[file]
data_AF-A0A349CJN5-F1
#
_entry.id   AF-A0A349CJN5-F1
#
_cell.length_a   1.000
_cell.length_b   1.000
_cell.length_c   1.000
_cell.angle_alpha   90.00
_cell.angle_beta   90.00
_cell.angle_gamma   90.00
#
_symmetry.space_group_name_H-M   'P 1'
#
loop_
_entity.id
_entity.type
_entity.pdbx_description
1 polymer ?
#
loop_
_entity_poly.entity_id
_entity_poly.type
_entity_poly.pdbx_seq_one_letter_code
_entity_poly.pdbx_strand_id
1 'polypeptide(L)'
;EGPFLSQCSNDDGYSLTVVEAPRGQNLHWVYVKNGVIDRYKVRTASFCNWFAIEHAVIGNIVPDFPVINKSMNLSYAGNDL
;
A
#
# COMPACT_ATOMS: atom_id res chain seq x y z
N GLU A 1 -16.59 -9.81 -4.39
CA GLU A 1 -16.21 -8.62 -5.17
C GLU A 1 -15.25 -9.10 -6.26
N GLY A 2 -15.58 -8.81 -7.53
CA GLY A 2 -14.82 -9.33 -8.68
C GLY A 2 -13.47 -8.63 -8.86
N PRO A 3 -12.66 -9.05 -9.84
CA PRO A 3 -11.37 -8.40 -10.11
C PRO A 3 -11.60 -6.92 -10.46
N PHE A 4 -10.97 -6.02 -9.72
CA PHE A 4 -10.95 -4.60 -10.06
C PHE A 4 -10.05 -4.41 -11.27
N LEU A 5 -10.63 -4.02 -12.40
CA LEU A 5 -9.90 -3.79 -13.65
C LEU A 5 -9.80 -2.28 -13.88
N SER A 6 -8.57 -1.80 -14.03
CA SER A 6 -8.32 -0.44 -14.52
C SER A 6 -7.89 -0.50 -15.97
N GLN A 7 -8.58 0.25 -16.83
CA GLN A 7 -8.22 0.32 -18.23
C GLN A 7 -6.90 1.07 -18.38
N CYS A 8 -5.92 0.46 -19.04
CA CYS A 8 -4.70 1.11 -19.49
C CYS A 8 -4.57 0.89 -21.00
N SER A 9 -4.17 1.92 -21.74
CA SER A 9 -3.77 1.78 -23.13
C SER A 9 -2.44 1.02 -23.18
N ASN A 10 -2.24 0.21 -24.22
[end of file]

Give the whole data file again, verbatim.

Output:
data_AF-A0A349CJN5-F1
#
_entry.id   AF-A0A349CJN5-F1
#
_cell.length_a   1.000
_cell.length_b   1.000
_cell.length_c   1.000
_cell.angle_alpha   90.00
_cell.angle_beta   90.00
_cell.angle_gamma   90.00
#
_symmetry.space_group_name_H-M   'P 1'
#
loop_
_entity.id
_entity.type
_entity.pdbx_description
1 polymer ?
#
loop_
_entity_poly.entity_id
_entity_poly.type
_entity_poly.pdbx_seq_one_letter_code
_entity_poly.pdbx_strand_id
1 'polypeptide(L)'
;EGPFLSQCSNDDGYSLTVVEAPRGQNLHWVYVKNGVIDRYKVRTASFCNWFAIEHAVIGNIVPDFPVINKSMNLSYAGNDL
;
A
#
# COMPACT_ATOMS: atom_id res chain seq x y z
N GLU A 1 -16.59 -9.81 -4.39
CA GLU A 1 -16.21 -8.62 -5.17
C GLU A 1 -15.25 -9.10 -6.26
N GLY A 2 -15.58 -8.81 -7.53
CA GLY A 2 -14.82 -9.33 -8.68
C GLY A 2 -13.47 -8.63 -8.86
N PRO A 3 -12.66 -9.05 -9.84
CA PRO A 3 -11.37 -8.40 -10.11
C PRO A 3 -11.60 -6.92 -10.46
N PHE A 4 -10.97 -6.02 -9.72
CA PHE A 4 -10.95 -4.60 -10.06
C PHE A 4 -10.05 -4.41 -11.27
N LEU A 5 -10.63 -4.02 -12.40
CA LEU A 5 -9.90 -3.79 -13.65
C LEU A 5 -9.80 -2.28 -13.88
N SER A 6 -8.57 -1.80 -14.03
CA SER A 6 -8.32 -0.44 -14.52
C SER A 6 -7.89 -0.50 -15.97
N GLN A 7 -8.58 0.25 -16.83
CA GLN A 7 -8.22 0.32 -18.23
C GLN A 7 -6.90 1.07 -18.38
N CYS A 8 -5.92 0.46 -19.04
CA CYS A 8 -4.70 1.11 -19.49
C CYS A 8 -4.57 0.89 -21.00
N SER A 9 -4.17 1.92 -21.74
CA SER A 9 -3.77 1.78 -23.13
C SER A 9 -2.44 1.02 -23.18
N ASN A 10 -2.24 0.21 -24.22